Age related macular degeneration (AMD) is the main cause of sight loss as people age.
AMD is a condition which causes light sensitive cells at the back of the eye to stop working, resulting in severe vision loss; it affects the central vision, needed for driving and for many other activities.
Now a new study by researchers in the U.S. has found that regular exercise could reduce the risk of the age-related eye disease.
Researchers from the University of Wisconsin tracked almost 4,000 men and women over a 15 year period by conducting regular eye tests and recording levels of exercise.
They found those with an active lifestyle were 70% less likely to develop the degenerative eye disease than those with a sedentary lifestyle.
The study of 3,874 men and women in Beaver Dam, Wisconsin began in 1988 and they were assessed every five years.
The participants were aged between 43 and 86 and the study focus was on their exercise habits and eye health.
The researchers found one in four had an active lifestyle and nearly one in four climbed more than six flights of stairs a day.
After accounting for other risk factors such as age, sex, history of arthritis, systolic blood pressure, body mass index, smoking, and education, those with a baseline active lifestyle (walking three times or more a week), were 70% less likely to develop AMD than those who did little exercise.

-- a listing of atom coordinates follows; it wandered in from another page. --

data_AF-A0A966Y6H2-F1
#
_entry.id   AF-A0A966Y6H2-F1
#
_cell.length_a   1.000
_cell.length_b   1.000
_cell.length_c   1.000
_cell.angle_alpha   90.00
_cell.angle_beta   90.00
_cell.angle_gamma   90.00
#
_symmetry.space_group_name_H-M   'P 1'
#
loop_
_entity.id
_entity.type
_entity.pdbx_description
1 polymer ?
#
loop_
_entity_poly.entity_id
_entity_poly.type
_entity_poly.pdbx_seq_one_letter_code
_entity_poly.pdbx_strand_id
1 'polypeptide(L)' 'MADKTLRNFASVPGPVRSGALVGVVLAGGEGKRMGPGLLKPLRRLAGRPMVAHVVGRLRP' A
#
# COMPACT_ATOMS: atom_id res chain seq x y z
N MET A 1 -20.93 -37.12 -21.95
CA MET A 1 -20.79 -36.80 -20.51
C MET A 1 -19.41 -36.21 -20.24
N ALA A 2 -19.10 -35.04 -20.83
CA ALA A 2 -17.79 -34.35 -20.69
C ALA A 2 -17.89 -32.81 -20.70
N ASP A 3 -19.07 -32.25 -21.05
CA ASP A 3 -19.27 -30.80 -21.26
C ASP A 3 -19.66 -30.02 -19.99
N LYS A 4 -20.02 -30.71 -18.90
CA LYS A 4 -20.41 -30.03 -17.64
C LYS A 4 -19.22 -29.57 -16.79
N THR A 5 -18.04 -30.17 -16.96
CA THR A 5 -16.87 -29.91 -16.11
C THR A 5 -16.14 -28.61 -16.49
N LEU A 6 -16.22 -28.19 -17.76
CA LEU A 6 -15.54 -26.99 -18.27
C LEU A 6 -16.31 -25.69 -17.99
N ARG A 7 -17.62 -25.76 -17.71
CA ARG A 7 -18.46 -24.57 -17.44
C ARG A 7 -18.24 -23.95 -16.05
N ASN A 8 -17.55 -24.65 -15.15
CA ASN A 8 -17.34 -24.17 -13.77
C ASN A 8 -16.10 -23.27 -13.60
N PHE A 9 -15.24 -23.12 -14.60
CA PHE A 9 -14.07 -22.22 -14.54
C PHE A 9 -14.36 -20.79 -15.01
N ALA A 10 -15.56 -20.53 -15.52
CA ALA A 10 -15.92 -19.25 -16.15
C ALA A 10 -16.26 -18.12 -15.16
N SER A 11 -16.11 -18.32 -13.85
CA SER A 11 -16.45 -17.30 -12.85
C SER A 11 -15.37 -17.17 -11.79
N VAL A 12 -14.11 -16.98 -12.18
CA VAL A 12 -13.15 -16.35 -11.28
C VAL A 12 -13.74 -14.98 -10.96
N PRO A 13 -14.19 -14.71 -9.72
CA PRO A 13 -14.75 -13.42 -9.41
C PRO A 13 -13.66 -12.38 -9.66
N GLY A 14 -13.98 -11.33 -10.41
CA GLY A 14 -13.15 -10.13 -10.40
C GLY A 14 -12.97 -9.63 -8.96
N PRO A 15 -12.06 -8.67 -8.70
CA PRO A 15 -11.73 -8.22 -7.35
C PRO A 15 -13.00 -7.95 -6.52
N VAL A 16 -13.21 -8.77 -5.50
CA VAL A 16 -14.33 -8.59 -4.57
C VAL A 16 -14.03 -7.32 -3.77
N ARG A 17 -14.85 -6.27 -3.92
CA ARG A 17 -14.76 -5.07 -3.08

Also regular walkers were 30% less likely to get the disease.
Michael Knudtson, M.S., of the University of Wisconsin, and co-authors of the report do however warn that diet may also explain the findings.
The Wisconsin team say their study shows that, regardless of body mass index and other confounders, regular physical activity such as walking, might protect against the age-related eye disorder.
The study is published in the British Journal of Ophthalmology.